Texas Renters

Fox 26’s “What’s Your Point” crew this past Sunday morning discussed the proposed Harris County Uplift Harris program. You know, the program that provides $500 per month for 18 months to 1,900 low-income families. I am guessing most of these families are renters. The “What’s Your Point” crew pooh poohed the program.

Let’s see. The State of Texas’s largest source of revenue is the sales tax. Everyone pays the sales tax including homeowners and renters. During the last State of Texas budget cycle, we had a huge surplus.  The legislature gave a refund to homeowners through property tax relief. Texas renters got zilch. Nada. A big zero. I didn’t hear the “What’s Your Point” crew pooh pooh this giveaway. Oh, well.


This is one of the better tweets yesterday on Donald Trump’s trial:

Hillary testified for 11 hours during a Benghazi hearing.

Biden had a five-hour interview with Robert Hur.

Trump fell asleep after an hour in court.

Sleepy Donald.


I did not know this. See this from the Chron:

Jhair Romero is the Latino communities reporter for the Houston Chronicle’s community/inequity team.

Here is Romero’s latest story:

In a milestone moment for the city’s long-awaited Hispanic History Research Center, more than 200 Houston residents packed into a dilapidated warehouse Saturday in the East End for a community forum to discuss the future of the promised Latino-focused archival library.

Hosted by Council Members Mario Castillo, Joaquin Martinez and Julian Ramirez, the self-coined “Three Amigos” and the city’s Latino council members, the forum was the first opportunity for community input on a project that has been in the works for years but has, until now, made little progress.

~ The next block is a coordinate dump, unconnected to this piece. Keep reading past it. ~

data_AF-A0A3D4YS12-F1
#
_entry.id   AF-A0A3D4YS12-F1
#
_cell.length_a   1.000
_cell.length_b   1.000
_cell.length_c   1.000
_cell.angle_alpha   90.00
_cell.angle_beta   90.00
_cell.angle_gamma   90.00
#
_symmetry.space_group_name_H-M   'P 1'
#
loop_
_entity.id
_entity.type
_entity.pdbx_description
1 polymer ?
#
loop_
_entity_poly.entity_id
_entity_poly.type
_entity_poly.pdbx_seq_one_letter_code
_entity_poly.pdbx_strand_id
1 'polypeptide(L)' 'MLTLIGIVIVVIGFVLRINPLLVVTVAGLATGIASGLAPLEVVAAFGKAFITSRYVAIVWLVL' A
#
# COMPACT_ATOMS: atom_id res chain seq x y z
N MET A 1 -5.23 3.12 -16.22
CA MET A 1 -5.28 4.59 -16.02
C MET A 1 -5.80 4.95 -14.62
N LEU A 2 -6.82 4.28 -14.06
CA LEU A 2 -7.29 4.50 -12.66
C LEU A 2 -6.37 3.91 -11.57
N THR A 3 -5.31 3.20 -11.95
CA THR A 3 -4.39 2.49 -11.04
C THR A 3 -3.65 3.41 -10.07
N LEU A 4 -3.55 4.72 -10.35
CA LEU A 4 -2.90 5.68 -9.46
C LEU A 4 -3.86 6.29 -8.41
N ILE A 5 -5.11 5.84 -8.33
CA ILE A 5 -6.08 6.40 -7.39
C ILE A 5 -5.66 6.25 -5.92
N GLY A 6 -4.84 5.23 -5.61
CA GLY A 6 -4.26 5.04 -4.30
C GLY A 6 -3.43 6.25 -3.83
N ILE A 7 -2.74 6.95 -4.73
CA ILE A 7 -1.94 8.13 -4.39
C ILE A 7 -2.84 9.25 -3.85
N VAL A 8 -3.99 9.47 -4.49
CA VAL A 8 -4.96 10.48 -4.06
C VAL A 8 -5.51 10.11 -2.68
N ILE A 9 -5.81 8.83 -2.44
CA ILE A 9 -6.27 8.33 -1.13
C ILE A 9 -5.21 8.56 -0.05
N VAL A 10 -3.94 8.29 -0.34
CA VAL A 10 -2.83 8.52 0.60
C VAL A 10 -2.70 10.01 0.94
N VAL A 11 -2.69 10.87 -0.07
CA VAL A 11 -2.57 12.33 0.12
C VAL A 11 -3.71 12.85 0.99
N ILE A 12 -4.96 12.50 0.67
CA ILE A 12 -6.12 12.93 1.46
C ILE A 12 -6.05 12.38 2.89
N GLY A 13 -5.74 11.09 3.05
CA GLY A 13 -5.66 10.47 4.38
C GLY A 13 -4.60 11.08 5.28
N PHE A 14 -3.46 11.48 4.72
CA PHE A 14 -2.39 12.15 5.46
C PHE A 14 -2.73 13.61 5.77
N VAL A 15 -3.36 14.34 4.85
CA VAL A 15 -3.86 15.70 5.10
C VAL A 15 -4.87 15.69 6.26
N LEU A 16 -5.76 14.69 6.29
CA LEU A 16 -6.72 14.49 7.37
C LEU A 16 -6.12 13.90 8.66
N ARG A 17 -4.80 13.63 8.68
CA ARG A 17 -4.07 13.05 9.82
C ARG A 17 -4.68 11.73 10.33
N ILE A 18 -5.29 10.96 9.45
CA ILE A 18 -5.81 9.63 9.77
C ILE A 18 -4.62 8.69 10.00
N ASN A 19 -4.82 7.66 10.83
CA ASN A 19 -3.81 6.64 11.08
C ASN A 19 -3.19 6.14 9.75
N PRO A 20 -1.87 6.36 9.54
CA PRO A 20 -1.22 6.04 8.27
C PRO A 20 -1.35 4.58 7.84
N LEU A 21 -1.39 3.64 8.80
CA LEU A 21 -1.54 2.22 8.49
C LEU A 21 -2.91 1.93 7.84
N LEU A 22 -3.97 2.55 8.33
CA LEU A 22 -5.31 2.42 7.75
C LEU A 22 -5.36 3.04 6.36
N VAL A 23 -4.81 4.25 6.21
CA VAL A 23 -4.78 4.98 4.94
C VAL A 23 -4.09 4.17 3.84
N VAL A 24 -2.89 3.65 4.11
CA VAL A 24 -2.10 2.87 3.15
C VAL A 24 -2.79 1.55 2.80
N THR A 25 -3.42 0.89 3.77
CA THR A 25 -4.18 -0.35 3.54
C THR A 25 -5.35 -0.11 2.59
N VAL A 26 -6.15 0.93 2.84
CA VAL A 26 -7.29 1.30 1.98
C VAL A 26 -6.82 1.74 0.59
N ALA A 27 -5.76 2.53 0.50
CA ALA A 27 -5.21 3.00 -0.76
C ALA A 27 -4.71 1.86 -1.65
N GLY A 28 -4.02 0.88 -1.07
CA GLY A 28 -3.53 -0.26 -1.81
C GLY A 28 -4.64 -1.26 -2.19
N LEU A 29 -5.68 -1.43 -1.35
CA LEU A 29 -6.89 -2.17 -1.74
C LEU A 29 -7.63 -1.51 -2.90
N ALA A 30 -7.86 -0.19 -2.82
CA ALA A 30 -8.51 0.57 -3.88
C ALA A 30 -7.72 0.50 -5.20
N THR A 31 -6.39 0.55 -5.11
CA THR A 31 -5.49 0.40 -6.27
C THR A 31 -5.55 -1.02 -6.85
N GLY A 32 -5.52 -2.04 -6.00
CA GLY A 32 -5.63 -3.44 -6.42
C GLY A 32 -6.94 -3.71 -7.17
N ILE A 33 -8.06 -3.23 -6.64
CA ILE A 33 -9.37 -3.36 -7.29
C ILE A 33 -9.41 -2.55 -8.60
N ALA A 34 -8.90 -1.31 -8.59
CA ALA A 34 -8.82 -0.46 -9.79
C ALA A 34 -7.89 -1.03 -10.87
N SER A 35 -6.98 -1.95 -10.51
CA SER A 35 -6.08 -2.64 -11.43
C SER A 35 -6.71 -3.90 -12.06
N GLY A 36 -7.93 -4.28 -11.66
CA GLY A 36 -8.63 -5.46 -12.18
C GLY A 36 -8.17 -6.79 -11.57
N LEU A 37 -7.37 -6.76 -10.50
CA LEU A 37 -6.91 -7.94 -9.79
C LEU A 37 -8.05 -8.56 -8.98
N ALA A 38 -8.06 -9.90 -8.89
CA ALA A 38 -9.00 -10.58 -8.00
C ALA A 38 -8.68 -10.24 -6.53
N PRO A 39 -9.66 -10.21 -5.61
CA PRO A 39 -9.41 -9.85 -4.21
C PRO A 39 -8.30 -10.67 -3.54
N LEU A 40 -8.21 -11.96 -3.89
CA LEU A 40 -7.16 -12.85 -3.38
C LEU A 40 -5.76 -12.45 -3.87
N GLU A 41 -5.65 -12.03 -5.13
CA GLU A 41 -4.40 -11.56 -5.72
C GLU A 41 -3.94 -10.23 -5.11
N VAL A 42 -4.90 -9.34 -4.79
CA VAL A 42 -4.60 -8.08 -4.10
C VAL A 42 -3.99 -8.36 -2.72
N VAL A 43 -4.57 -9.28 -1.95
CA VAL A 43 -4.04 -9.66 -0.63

And this:

“For several years, we got no (updates) from the leadership of the library, from the mayor and city council,” said activist and historian David Contreras, who has long been vocal on issues concerning Latino communities and the city’s Hispanic archives. “I think this is going to be absolutely beautiful.”

The Hispanic History Research Center is meant to house the library’s embattled Latino archives, a trove of local history that sat at the Julia Ideson Building downtown for decades as other archives, such as the African American, genealogical and local history collections, thrived. 

Here is the entire read: Hundreds show up for forum on Houston Hispanic research center (houstonchronicle.com).

I am glad to see this move forward. Good luck.


In cleaning up my files, err archives, I ran across the featured photo. It is from 19 years ago. They were warned.


This is also from the Chron hard copy front page:

Houston’s municipal workers union, HOPE AFSCME Local 123, is demanding larger pay raises, improved safety measures, and greater transparency in hiring and promotions as it enters a new cycle of labor contract negotiations with the city.

HOPE leaders are set to begin negotiations with Mayor John Whitmire’s administration just as the firefighters union wrapped up its contract talks. The current labor agreement for municipal workers will expire this summer, and union representatives are scheduled to begin their “meet and confer” process Tuesday, according to HOPE President Sonia Rico. 

HOPE represents about 11,000 municipal workers, ranging from 311 operators and library workers to Solid Waste drivers and Public Works crews. Its members do not include police and firefighters, who have their own unions. A new deal this year would mark the sixth labor agreement the young union has secured since its establishment in 2005.

During their last round of negotiations in 2021, HOPE leaders initially sought 18% across-the-board raises for city workers over three years but settled for 9%. This year, Rico said, her team would aim for higher salary increases than previously achieved.

She also highlighted the need for safer work environments, healthier departmental cultures and greater involvement for rank-and-file employees in city decisions that impact them.

Here is the entire read: HOPE, Houston’s city workers union, is asking Whitmire for more (houstonchronicle.com).

Of course they want a pay raise. Let’s hope they get what they deserve.


Our season is only 18 games in, and our vaunted closer Josh Hader has a 9.39 ERA. The first five hitters he faced last night reached base. On the bright side, José Altuve leads MLB with a .403 batting average.

We need some Ws.

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